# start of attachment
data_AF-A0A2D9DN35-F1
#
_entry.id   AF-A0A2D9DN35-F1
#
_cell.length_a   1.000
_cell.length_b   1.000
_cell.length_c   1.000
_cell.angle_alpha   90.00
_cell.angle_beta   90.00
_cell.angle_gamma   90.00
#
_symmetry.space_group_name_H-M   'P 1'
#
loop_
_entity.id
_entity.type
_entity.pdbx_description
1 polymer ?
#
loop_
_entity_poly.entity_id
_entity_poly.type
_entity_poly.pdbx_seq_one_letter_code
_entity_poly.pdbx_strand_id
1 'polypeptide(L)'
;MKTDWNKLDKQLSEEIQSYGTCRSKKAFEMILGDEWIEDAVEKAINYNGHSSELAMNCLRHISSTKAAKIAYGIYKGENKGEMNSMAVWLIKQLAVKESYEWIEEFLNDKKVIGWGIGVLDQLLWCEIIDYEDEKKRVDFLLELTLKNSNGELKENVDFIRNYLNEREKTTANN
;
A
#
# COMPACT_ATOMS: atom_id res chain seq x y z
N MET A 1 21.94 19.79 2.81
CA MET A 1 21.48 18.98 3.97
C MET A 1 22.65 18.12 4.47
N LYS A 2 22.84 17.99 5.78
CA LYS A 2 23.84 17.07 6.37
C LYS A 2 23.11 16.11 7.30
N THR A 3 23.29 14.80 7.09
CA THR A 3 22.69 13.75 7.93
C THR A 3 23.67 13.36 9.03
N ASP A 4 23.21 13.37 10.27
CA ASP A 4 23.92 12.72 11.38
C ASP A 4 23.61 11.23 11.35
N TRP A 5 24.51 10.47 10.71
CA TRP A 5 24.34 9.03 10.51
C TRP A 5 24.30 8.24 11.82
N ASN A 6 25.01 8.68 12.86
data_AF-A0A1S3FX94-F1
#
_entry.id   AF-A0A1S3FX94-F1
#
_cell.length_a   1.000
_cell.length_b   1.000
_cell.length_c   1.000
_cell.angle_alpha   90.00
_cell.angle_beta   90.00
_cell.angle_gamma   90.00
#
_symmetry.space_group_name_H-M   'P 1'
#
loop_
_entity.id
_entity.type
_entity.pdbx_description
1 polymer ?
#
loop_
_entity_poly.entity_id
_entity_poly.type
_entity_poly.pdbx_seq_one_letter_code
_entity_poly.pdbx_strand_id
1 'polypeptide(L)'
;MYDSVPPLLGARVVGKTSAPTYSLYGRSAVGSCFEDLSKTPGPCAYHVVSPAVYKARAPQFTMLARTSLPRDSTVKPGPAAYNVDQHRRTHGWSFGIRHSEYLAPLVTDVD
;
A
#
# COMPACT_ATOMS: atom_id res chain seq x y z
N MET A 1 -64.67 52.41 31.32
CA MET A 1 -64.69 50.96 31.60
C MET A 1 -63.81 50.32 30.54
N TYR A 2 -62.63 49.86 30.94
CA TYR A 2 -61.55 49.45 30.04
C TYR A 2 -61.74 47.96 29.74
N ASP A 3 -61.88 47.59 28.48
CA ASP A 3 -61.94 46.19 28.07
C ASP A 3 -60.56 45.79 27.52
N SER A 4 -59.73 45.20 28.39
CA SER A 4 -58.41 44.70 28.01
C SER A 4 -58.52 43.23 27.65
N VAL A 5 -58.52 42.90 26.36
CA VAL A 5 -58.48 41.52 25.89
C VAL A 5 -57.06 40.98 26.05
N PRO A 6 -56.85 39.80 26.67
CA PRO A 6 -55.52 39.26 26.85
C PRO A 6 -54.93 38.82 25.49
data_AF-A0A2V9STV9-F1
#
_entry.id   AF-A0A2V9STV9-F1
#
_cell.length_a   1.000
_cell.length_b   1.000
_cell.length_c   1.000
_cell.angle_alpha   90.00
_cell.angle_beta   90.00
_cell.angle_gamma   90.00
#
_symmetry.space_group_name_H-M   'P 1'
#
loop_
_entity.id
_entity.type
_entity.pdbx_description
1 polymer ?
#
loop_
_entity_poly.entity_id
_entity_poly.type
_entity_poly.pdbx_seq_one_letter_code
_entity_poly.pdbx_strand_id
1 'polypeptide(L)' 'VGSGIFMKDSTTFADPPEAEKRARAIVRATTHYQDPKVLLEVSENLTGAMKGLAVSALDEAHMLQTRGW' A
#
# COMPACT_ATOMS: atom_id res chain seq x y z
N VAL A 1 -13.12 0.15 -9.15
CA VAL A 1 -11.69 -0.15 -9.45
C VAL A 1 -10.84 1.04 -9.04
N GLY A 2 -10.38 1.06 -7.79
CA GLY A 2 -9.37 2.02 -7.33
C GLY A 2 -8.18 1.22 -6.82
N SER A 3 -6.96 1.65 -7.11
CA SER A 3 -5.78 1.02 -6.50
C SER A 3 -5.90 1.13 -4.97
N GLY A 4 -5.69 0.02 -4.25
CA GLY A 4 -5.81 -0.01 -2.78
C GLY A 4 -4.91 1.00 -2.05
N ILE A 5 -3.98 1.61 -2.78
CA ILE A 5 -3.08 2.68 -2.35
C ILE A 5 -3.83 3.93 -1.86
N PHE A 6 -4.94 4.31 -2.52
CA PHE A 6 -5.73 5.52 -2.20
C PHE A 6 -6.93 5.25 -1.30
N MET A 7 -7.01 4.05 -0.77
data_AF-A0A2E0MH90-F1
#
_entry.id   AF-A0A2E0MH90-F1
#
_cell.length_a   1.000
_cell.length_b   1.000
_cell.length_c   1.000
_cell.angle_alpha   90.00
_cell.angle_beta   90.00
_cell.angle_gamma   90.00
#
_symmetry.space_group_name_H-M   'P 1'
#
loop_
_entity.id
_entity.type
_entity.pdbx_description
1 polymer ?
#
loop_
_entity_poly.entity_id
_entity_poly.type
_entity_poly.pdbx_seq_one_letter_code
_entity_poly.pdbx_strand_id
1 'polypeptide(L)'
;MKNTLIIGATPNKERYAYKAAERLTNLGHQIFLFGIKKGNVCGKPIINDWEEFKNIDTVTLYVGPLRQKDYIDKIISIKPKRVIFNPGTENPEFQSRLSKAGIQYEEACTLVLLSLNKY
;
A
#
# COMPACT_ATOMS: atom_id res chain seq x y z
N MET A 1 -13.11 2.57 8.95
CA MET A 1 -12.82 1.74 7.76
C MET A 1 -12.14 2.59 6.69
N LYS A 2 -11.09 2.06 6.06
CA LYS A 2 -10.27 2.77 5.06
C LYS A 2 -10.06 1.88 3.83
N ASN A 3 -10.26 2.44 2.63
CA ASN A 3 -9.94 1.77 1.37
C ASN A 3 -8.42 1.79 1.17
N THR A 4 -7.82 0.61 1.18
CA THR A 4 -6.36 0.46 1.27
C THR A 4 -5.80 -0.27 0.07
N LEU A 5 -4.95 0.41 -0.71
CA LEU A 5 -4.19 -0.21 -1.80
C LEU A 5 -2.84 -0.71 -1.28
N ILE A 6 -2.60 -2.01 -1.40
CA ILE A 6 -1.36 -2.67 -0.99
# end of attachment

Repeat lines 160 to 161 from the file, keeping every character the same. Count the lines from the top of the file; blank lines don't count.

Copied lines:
loop_
_entity_poly.entity_id